“Private” Facebook Posts Are Discoverable and Should Be Treated as Any Other Source of Discoverable Information

The New York Court of Appeals unanimously ruled in Forman v. Henkin that “private” Facebook posts (i.e., those accessible only to your Facebook “friends,” as opposed to the general public) are discoverable if they meet the common discovery standard—that they are “material and necessary to the prosecution or defense of an action.” In Forman, plaintiff alleged she was severely injured when she fell from defendant’s horse. Plaintiff alleged her injuries impaired her ability to communicate and participate in what she described as the active lifestyle she enjoyed before the accident. Plaintiff alleged she posted on Facebook many photographs that depicted her pre-accident lifestyle, but that communicating on that social media platform had become so difficult after the accident that she deactivated the account six months later. She alleged that, after her accident, it would take hours to write a message on Facebook because she would have to re-read it several times before sending it to be sure that it made sense. Defendant requested an unlimited authorization to obtain plaintiff’s “private” Facebook account postings, arguing they would be relevant to plaintiff’s claims. The Supreme Court ordered plaintiff to produce all photographs (that were not of a romantic or sexual nature) and an authorization that would allow defendant to obtain from Facebook the frequency of plaintiff’s Facebook posts,...

Don’t Ask For Too Much: Court Strikes Balance in Addressing Dispute Over Discoverability of Social Media

In a recent case, Magistrate Judge Mark L. Carman of the United States District Court for the District of Wyoming reminds practitioners that requests for social media data still must be relevant and proportional to the dispute. In this auto accident case, the Court found a balance between the need for defendants to determine whether a plaintiff is lying or exaggerating and the possibility that allowing defendants too much leeway in seeking social media could dissuade injured plaintiffs from pursuing legitimate claims for fear of humiliation and embarrassment. Plaintiff alleged she sustained physical injuries, traumatic brain injury, posttraumatic stress disorder, anxiety, and depression. In an extraordinarily broad discovery request, defendant requested that plaintiff produce “an electronic copy of your Facebook account history.” Plaintiff downloaded and produced information from her Facebook accounts gathered by using several keyword search terms. However, plaintiff refused to produce her entire Facebook archive, and defendant moved to compel. The Court explained that “[s]ocial media presents some unique challenges to courts” in determining the proper scope of discovery. In particular, Judge Carman explained: “People have always shared thoughts and feelings, but typically not in such a permanent and easily retrievable format. No court would have allowed unlimited depositions of every friend, social acquaintance, co-employee or relative of a plaintiff to inquire as...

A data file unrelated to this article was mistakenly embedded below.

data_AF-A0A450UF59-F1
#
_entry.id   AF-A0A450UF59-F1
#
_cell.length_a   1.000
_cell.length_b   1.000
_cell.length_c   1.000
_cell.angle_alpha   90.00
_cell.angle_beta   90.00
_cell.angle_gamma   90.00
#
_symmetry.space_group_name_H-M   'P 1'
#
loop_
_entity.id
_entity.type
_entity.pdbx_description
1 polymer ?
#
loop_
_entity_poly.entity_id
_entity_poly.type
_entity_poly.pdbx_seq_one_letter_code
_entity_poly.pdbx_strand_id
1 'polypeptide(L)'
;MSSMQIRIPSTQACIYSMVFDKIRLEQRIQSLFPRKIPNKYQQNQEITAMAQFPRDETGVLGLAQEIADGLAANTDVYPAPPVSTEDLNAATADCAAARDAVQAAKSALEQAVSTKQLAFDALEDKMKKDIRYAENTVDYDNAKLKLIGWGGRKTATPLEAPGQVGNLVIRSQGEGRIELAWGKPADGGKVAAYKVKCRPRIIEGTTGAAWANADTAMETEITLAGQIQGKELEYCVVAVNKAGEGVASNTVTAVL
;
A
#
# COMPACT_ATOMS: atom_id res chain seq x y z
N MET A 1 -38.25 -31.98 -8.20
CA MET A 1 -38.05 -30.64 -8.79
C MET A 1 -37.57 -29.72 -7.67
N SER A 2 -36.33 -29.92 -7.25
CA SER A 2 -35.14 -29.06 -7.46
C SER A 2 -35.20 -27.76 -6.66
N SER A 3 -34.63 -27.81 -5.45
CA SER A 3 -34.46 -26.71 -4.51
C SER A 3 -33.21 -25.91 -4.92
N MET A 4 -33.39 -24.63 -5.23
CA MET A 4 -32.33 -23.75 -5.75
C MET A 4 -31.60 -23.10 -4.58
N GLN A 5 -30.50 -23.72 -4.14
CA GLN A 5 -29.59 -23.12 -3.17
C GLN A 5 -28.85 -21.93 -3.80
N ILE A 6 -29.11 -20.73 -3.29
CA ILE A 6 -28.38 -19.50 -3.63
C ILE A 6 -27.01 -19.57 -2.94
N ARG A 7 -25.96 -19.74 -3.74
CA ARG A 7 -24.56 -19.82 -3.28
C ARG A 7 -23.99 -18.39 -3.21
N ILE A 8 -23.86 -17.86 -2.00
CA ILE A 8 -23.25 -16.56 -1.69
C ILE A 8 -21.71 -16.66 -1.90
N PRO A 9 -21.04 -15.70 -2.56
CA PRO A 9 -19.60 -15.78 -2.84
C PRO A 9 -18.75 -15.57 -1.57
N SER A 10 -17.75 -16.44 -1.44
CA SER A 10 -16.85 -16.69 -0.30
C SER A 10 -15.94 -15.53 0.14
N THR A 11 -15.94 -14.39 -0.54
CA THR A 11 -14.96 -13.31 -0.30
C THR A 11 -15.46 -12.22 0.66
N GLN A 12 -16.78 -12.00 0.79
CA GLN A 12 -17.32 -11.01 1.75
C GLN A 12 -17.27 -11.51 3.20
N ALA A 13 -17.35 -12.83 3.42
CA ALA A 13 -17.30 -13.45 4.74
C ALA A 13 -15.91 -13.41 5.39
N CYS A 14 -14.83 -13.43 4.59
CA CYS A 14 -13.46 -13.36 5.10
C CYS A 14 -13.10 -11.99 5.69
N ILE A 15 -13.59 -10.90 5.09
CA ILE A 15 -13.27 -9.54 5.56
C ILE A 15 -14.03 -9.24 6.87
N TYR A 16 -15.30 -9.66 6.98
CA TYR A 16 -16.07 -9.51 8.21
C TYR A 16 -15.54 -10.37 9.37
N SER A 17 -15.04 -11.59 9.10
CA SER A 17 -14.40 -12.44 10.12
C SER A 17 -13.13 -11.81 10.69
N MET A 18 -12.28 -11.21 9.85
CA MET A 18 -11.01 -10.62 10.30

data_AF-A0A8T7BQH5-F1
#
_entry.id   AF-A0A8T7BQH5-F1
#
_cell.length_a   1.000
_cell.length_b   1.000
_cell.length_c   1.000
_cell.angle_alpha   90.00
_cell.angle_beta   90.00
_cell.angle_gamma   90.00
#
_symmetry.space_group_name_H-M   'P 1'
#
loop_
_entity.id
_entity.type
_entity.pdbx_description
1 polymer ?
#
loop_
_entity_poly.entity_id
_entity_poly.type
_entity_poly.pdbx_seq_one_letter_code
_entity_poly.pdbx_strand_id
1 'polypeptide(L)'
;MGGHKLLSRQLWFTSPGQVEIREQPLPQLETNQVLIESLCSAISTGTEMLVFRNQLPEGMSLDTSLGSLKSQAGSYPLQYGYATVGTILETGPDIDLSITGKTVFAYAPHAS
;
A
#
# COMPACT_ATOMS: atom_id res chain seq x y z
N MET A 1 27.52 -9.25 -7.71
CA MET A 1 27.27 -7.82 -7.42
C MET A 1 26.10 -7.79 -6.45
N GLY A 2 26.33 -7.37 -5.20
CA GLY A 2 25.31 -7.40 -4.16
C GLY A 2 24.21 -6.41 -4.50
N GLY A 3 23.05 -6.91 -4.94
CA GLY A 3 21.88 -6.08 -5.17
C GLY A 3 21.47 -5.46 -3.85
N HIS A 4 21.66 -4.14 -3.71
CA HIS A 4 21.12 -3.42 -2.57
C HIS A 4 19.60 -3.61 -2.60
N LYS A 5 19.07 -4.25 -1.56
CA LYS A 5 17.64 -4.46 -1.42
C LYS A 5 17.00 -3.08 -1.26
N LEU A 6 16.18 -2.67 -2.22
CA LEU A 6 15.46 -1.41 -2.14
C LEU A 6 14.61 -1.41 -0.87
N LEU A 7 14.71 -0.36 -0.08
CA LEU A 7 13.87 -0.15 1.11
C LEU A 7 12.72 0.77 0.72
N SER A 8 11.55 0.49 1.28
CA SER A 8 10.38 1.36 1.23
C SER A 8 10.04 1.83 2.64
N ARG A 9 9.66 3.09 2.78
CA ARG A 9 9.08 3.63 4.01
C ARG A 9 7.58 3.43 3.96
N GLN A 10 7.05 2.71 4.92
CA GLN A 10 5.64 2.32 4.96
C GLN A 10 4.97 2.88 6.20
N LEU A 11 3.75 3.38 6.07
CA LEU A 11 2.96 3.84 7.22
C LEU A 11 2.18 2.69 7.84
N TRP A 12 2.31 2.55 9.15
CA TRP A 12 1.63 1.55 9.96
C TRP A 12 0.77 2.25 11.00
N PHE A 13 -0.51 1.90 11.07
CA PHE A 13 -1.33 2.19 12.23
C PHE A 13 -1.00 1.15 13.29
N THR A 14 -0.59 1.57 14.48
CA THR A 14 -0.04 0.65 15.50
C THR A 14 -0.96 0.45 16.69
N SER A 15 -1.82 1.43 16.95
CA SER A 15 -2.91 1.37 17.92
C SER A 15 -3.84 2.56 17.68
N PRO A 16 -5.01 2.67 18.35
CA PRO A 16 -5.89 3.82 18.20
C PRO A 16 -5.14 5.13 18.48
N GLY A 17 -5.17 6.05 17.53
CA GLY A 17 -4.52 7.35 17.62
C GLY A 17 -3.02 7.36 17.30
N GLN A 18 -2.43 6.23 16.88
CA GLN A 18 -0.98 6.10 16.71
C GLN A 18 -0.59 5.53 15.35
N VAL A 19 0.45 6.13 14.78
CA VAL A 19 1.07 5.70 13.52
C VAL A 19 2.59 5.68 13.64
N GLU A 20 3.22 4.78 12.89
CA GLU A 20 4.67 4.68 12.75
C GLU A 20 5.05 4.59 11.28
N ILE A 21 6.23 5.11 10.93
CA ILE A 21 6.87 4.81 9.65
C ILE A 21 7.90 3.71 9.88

Signs of Life? – Judge Francis Opines that “Inherent Authority” to Sanction Spoliation Related Conduct Survives Amended Rule 37(e)

In perhaps the first published decision since the amended Federal Rules took effect on December 6, 2015, United States Magistrate Judge James C. Francis IV, a preeminent judicial e-discovery authority, relied upon amended Rule 37(e) and, somewhat controversially, his inherent authority, to sanction a litigant for evidence tampering and spoliation. The opinion is significant, not solely because it invokes the newly-minted rule, but because it interprets amended Rule 37(e) as not foreclosing the court’s inherent authority as a viable alternative to sanction spoliation-related conduct that may not strictly satisfy the new Rule’s elements.

Proportionality Carries the Day: Amended FRCP 26 Cited to Quash Overbroad Subpoenas

As practitioners are well aware, the recent amendments to the Federal Rules of Civil Procedure took effect on December 1, 2015. In one of the first applications of amended Rule 26(b)(1), Magistrate Judge James Cott in the Southern District of New York utilized it to quash several overbroad subpoenas. In Henry v. Morgan’s Hotel Group, Inc., plaintiff Phillip Henry, a gay black man, sued his former employer, defendant Morgan’s Hotel Group, for race and sexual orientation discrimination and retaliation. Henry alleged that his former supervisor routinely disparaged him with racial and homophobic remarks.

N.Y. Court Grants Spoliation Sanctions for Destruction of Documents Decades Ago

In Warren v. Amchem Products, Inc., Justice Peter Moulton sanctioned defendant J-M Manufacturing Company for destroying documents in 1990 and 1997 – 24 years and 17 years, respectively, before the Warren Estate filed suit against asbestos manufacturers in 2014. The Court granted plaintiff’s motion for spoliation sanctions and ordered that, should the case proceed to trial, the jury will be instructed that it may infer that the destroyed documents would have supported plaintiff’s claims and would not have supported J-M’s defenses.